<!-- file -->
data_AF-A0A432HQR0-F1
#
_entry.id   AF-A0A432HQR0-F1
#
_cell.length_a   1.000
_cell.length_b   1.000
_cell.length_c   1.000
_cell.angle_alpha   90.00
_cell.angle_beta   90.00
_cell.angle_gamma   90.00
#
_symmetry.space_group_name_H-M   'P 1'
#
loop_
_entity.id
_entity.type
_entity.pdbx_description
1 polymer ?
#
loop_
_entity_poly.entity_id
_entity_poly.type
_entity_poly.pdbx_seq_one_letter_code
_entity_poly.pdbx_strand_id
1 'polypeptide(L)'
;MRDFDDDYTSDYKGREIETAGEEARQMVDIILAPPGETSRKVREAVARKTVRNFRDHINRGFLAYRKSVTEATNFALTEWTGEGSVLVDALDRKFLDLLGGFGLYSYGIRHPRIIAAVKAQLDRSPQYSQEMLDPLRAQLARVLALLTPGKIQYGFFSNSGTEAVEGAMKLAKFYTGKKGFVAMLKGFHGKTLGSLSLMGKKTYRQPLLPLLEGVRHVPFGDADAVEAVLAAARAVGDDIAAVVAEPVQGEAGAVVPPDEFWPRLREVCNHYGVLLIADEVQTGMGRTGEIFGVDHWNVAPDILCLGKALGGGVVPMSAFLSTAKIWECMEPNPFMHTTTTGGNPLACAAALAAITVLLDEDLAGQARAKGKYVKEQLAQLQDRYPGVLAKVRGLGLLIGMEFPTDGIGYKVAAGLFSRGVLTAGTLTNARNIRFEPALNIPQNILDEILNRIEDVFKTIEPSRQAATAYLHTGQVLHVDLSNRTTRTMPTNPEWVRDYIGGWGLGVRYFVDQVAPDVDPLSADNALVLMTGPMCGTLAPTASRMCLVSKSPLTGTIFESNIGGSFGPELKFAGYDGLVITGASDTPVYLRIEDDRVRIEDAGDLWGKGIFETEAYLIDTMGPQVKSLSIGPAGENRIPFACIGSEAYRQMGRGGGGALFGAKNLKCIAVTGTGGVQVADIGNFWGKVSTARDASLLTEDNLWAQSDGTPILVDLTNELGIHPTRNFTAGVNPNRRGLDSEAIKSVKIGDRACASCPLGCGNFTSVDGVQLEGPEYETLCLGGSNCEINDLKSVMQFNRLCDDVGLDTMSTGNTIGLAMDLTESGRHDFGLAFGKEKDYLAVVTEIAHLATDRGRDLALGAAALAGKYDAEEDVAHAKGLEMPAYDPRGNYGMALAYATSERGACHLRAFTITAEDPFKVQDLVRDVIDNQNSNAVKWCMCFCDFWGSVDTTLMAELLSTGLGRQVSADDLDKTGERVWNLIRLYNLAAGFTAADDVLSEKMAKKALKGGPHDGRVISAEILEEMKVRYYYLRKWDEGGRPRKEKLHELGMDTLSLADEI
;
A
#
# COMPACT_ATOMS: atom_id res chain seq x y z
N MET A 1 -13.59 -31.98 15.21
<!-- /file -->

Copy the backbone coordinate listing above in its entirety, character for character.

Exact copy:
data_AF-A0A432HQR0-F1
#
_entry.id   AF-A0A432HQR0-F1
#
_cell.length_a   1.000
_cell.length_b   1.000
_cell.length_c   1.000
_cell.angle_alpha   90.00
_cell.angle_beta   90.00
_cell.angle_gamma   90.00
#
_symmetry.space_group_name_H-M   'P 1'
#
loop_
_entity.id
_entity.type
_entity.pdbx_description
1 polymer ?
#
loop_
_entity_poly.entity_id
_entity_poly.type
_entity_poly.pdbx_seq_one_letter_code
_entity_poly.pdbx_strand_id
1 'polypeptide(L)'
;MRDFDDDYTSDYKGREIETAGEEARQMVDIILAPPGETSRKVREAVARKTVRNFRDHINRGFLAYRKSVTEATNFALTEWTGEGSVLVDALDRKFLDLLGGFGLYSYGIRHPRIIAAVKAQLDRSPQYSQEMLDPLRAQLARVLALLTPGKIQYGFFSNSGTEAVEGAMKLAKFYTGKKGFVAMLKGFHGKTLGSLSLMGKKTYRQPLLPLLEGVRHVPFGDADAVEAVLAAARAVGDDIAAVVAEPVQGEAGAVVPPDEFWPRLREVCNHYGVLLIADEVQTGMGRTGEIFGVDHWNVAPDILCLGKALGGGVVPMSAFLSTAKIWECMEPNPFMHTTTTGGNPLACAAALAAITVLLDEDLAGQARAKGKYVKEQLAQLQDRYPGVLAKVRGLGLLIGMEFPTDGIGYKVAAGLFSRGVLTAGTLTNARNIRFEPALNIPQNILDEILNRIEDVFKTIEPSRQAATAYLHTGQVLHVDLSNRTTRTMPTNPEWVRDYIGGWGLGVRYFVDQVAPDVDPLSADNALVLMTGPMCGTLAPTASRMCLVSKSPLTGTIFESNIGGSFGPELKFAGYDGLVITGASDTPVYLRIEDDRVRIEDAGDLWGKGIFETEAYLIDTMGPQVKSLSIGPAGENRIPFACIGSEAYRQMGRGGGGALFGAKNLKCIAVTGTGGVQVADIGNFWGKVSTARDASLLTEDNLWAQSDGTPILVDLTNELGIHPTRNFTAGVNPNRRGLDSEAIKSVKIGDRACASCPLGCGNFTSVDGVQLEGPEYETLCLGGSNCEINDLKSVMQFNRLCDDVGLDTMSTGNTIGLAMDLTESGRHDFGLAFGKEKDYLAVVTEIAHLATDRGRDLALGAAALAGKYDAEEDVAHAKGLEMPAYDPRGNYGMALAYATSERGACHLRAFTITAEDPFKVQDLVRDVIDNQNSNAVKWCMCFCDFWGSVDTTLMAELLSTGLGRQVSADDLDKTGERVWNLIRLYNLAAGFTAADDVLSEKMAKKALKGGPHDGRVISAEILEEMKVRYYYLRKWDEGGRPRKEKLHELGMDTLSLADEI
;
A
#
# COMPACT_ATOMS: atom_id res chain seq x y z
N MET A 1 -13.59 -31.98 15.21